Carol Alter, MD
Carol L. Alter, MD, serves as director of policy and community outreach for our Center for Mental Health Outreach and as a faculty member for our Psychosomatic Medicine program. Dr. Alter is actively involved in teaching of fellows, residents and medical students, particularly in the areas of psychosomatic medicine, mental health policy and advocacy.
Dr. Alter received her medical degree from George Washington University in 1985. She completed her residency at New York Hospital-Cornell University School of Medicine in 1989. After completing training, she held positions at the University of Medicine and Dentistry of New Jersey, Cornell University and Temple University participating in clinical, teaching and research activities related to AIDS, oncology and general CL services. She has had a longstanding interest in mental health policy and served as the medical director for policy and advocacy at the Bristol-Myers Squibb Company. She most recently founded and currently directs a policy-action organization, Treatment Effectiveness Now, which is focusing on issues of access to care for patients with co-occurring mental and physical disorders.
Dr. Alter is recognized as one of the nation's leading mental health policy and psychosomatic medicine psychiatrists. We are extremely fortunate to have this outstanding faculty member as a member of our department.
Patricia Bauza, MD
Patricia Bauza, MD, specializes in psychosomatic medicine with a combined interest in integrative medicine. She is an attending psychiatrist on the consultation liaison teaching service at MedStar Washington Hospital Center. Dr. Bauza completed her psychiatry residency at the Mayo Clinic followed by a fellowship in psychosomatic medicine at MedStar Georgetown University Hospital. She attended medical school at Universidad Central del Caribe. She has been board certified in psychiatry since 2011.
Joyce Y. Chung, MD
Joyce Y. Chung, MD, received her Bachelor of Science and medical degree from Northwestern University. She completed her psychiatric residency at the Massachusetts General Hospital in Boston, and then a research fellowship in medical anthropology at Harvard Medical School. Her research interests include the study of sociocultural barriers to mental health care, treatment interventions for mental health problems in minority populations, ethnographic and qualitative research methods, and patient-provider discourse and communication. She is the recipient of several research grants.
Dr. Chung has also been active in the area of HIV psychiatry through her clinical practice, educational lectures and published articles about psychiatric complications associated with HIV and AIDS. She helped formulate and was the chief writer for the American Psychiatric Association's Practice Guidelines for the Treatment of Patients with HIV/AIDS. During her eleven-year affiliation with Georgetown, Dr. Chung has served as chief of the Consultation-Liaison service at the Washington VA and as medical director of the Mental Health Care Unit at Georgetown University Hospital. She is a member of the Academy of Psychosomatic Medicine, American Anthropological Association and Alpha Omega Alpha.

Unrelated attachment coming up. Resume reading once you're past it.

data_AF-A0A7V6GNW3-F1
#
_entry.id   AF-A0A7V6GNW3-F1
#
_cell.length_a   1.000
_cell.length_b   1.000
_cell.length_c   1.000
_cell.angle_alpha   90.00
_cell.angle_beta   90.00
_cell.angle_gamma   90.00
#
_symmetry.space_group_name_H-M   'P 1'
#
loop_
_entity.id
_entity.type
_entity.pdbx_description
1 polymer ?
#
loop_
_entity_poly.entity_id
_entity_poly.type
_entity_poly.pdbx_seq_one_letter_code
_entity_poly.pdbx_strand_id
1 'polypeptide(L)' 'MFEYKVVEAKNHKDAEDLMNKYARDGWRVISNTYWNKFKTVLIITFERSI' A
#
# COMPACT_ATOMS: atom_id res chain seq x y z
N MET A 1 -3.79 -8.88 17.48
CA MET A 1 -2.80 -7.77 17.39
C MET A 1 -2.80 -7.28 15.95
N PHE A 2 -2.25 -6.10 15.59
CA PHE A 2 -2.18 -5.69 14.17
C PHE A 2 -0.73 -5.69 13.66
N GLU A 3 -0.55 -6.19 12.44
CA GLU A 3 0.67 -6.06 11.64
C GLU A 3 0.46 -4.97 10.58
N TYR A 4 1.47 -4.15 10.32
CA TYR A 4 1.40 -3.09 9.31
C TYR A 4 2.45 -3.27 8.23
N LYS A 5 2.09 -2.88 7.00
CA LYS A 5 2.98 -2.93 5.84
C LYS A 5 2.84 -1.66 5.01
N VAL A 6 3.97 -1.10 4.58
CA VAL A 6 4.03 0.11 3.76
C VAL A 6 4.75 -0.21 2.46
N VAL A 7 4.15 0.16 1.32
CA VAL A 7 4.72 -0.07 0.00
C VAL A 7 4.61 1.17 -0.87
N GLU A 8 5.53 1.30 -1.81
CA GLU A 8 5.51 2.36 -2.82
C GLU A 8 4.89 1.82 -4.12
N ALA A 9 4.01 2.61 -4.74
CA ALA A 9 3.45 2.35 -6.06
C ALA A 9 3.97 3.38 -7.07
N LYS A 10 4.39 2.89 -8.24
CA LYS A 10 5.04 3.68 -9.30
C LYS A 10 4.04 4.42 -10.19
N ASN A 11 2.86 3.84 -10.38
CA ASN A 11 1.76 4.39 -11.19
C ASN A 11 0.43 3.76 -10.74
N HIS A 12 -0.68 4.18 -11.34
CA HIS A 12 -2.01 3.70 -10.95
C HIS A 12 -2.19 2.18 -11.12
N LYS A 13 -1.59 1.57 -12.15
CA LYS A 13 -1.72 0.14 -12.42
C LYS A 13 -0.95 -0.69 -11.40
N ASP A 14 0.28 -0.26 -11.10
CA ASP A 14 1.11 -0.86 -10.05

Steven A. Epstein, MD
Dr. Steve Epstein is professor and chair of the Department of Psychiatry of the Georgetown University School of Medicine and chief of service of the Department of Psychiatry of MedStar Georgetown University Hospital.
He received a Bachelor of Arts degree from Yale College and graduated from the University of Pennsylvania School of Medicine. After completing a residency in psychiatry at Tufts-New England Medical Center, he was a fellow in Consultation-Liaison Psychiatry at Georgetown/Fairfax Hospital. From 1990 to 2000 he directed Georgetown’s Consultation-Liaison Psychiatry service and he became department chair in 2001. He currently directs Georgetown’s Psychosomatic Medicine fellowship, Physician-Patient Communication Program, and Physician Health Committee.
Dr. Epstein has conducted NIH-funded research and published extensively in the area of psychosomatic medicine. In 2001, he was awarded an RO1 grant from NIMH to study primary care physicians’ decision-making in the evaluation and treatment of depression. He has also been principal investigator on two other NIMH grants in this area. He has been the recipient of four teaching awards from Georgetown psychiatry residents. In 2011 he was elected by his peers to the MAGIS Society of Masters Teachers of the Georgetown University School of Medicine. He is also co-chair of the Committee on Medical Education for the medical school.
Dr. Epstein is a member of the Psychosomatic Medicine Committee of the American Board of Psychiatry and Neurology. He serves as vice president and a member of the Executive Committee of the Academy of Psychosomatic Medicine, the 950 member national organization for consultation-liaison psychiatry. He is president-elect of the Washington Psychiatric Society, as well as a member of the APA Elections Committee and the Physician Health Committee of the DC Medical Society.
Daniel W. Hicks, MD
Dr. Hicks graduated from Purdue University in 1971 with a Bachelor of Science with distinction in psychology. He then went on to Indiana University Medical Center, where he obtained his medical degree in 1976. Dr. Hicks also attended Indiana University for his psychiatry residency, where he was chief resident. He graduated from residency in 1979, and received certification from the American Board of Psychiatry and Neurology in 1983.
Dr. Hicks is currently involved with the Partial Hospital Program, general outpatient psychiatry, and psychosomatic medicine. His special areas of expertise include consultation/liaison psychiatry, HIV psychiatry, death and dying, ethics, and gay and lesbian Issues. Dr. Hicks is the chair of continuing medical education for the Washington Psychiatric Society, and a member of the American Psychiatric Association (APA) and Capital Area Physicians for Human Rights. He is also serves as president of the Lesbian and Gay Caucus of the APA.